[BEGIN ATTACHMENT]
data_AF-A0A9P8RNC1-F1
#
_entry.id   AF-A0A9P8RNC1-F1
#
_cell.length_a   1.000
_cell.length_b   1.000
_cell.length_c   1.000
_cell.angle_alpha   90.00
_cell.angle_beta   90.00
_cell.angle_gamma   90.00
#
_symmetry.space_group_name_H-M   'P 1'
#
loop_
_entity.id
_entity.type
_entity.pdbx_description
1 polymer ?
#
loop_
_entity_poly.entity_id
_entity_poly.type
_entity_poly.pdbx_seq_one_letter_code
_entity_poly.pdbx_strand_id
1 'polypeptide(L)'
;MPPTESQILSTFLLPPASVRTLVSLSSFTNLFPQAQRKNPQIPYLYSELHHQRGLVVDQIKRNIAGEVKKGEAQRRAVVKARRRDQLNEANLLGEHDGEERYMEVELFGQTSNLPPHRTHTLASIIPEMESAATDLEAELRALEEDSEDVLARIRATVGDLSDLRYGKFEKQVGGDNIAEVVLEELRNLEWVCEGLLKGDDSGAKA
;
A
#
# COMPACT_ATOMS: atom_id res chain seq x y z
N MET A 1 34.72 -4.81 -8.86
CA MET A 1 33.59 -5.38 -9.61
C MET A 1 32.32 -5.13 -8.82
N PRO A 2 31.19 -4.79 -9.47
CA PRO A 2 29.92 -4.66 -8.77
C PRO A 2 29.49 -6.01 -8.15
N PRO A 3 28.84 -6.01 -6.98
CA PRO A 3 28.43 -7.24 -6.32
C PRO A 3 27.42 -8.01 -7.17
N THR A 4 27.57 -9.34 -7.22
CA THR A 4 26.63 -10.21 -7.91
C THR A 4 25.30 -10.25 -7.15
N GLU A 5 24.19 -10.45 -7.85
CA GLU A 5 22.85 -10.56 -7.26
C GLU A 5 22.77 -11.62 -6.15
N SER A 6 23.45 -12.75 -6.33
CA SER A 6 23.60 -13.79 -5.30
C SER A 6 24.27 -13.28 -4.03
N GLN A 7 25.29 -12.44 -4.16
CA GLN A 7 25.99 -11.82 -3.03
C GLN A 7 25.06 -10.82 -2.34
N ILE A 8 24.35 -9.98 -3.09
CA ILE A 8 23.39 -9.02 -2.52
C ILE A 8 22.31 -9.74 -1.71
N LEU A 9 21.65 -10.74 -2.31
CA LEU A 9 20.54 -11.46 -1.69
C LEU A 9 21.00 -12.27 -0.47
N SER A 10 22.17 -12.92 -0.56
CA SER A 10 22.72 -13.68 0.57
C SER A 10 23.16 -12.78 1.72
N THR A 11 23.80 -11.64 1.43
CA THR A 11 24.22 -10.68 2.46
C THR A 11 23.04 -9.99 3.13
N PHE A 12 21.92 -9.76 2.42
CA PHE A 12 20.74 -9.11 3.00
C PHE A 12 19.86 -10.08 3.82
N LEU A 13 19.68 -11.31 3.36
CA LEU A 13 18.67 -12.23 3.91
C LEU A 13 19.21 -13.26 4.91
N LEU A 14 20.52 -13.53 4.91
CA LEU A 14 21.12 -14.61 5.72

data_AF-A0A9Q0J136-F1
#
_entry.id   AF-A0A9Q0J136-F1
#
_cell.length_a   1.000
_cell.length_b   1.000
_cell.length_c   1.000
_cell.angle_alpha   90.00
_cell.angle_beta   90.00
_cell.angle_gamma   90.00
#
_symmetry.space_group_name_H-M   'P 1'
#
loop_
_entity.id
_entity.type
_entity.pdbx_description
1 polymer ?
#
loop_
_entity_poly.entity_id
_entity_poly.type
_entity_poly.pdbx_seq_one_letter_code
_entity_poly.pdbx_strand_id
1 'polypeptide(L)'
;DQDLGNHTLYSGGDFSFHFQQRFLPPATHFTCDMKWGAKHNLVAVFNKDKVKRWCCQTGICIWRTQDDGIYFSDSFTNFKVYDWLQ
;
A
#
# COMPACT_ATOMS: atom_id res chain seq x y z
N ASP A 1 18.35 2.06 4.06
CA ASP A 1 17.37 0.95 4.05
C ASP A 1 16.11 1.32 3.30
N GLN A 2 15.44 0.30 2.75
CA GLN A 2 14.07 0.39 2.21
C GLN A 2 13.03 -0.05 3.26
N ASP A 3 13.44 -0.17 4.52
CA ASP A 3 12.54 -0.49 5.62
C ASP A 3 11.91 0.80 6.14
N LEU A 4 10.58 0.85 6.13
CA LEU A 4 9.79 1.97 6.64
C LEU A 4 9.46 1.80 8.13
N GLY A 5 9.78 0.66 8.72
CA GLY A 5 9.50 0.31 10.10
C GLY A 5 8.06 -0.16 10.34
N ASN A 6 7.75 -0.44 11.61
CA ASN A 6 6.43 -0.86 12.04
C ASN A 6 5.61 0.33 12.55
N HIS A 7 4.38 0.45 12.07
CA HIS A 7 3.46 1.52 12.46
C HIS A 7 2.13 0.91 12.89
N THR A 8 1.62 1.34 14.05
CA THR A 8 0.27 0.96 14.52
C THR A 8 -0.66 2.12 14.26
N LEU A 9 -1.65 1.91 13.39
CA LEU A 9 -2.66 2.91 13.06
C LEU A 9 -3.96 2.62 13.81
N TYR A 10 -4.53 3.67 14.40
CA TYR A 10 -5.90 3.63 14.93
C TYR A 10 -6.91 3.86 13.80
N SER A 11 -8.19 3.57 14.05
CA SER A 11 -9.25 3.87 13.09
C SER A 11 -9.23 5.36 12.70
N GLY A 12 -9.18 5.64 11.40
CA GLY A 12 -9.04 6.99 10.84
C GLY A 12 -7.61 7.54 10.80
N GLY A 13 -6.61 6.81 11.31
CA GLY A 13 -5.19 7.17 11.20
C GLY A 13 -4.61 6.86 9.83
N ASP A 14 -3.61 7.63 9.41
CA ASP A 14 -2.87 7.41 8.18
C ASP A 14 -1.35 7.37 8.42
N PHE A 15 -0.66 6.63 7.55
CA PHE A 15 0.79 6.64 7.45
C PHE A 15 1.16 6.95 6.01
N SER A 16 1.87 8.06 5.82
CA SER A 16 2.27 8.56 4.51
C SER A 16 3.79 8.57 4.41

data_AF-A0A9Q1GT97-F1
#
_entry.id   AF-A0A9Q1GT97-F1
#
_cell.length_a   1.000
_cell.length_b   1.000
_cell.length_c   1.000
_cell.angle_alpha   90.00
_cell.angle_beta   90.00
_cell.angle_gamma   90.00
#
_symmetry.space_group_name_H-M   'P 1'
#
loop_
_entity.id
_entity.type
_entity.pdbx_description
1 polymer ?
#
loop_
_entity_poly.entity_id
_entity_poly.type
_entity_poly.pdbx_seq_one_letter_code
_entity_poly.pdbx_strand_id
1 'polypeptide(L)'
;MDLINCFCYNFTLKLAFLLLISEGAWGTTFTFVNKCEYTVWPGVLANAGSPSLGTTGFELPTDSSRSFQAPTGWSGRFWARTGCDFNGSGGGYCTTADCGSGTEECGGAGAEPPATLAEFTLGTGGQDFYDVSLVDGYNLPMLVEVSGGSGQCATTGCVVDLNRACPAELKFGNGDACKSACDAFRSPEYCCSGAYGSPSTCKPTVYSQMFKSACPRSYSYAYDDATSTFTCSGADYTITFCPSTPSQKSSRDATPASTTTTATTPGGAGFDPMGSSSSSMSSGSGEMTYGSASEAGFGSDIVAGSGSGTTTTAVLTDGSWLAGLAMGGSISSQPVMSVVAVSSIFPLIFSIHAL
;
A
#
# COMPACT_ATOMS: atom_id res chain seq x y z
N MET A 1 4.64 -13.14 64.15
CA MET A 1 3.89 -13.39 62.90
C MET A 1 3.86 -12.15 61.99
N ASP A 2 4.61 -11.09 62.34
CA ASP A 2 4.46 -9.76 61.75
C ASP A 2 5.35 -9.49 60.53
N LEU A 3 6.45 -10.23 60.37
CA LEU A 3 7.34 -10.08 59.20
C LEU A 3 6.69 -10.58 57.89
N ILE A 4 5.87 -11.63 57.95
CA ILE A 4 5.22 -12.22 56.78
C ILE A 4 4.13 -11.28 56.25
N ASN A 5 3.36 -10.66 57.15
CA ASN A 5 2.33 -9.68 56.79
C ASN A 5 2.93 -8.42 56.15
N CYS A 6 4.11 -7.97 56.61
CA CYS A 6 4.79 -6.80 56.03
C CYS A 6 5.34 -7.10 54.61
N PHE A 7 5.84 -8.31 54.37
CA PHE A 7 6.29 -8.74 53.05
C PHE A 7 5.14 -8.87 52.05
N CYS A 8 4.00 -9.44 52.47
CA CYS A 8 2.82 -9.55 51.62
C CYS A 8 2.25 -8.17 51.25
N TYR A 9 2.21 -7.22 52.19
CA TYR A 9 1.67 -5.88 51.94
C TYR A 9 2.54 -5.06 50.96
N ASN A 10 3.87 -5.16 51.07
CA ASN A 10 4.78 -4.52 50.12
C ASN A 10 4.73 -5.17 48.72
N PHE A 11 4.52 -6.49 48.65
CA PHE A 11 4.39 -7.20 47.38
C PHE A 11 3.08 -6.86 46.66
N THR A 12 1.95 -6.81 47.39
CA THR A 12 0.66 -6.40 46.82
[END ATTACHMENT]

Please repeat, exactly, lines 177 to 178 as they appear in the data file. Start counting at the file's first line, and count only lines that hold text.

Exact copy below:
A
#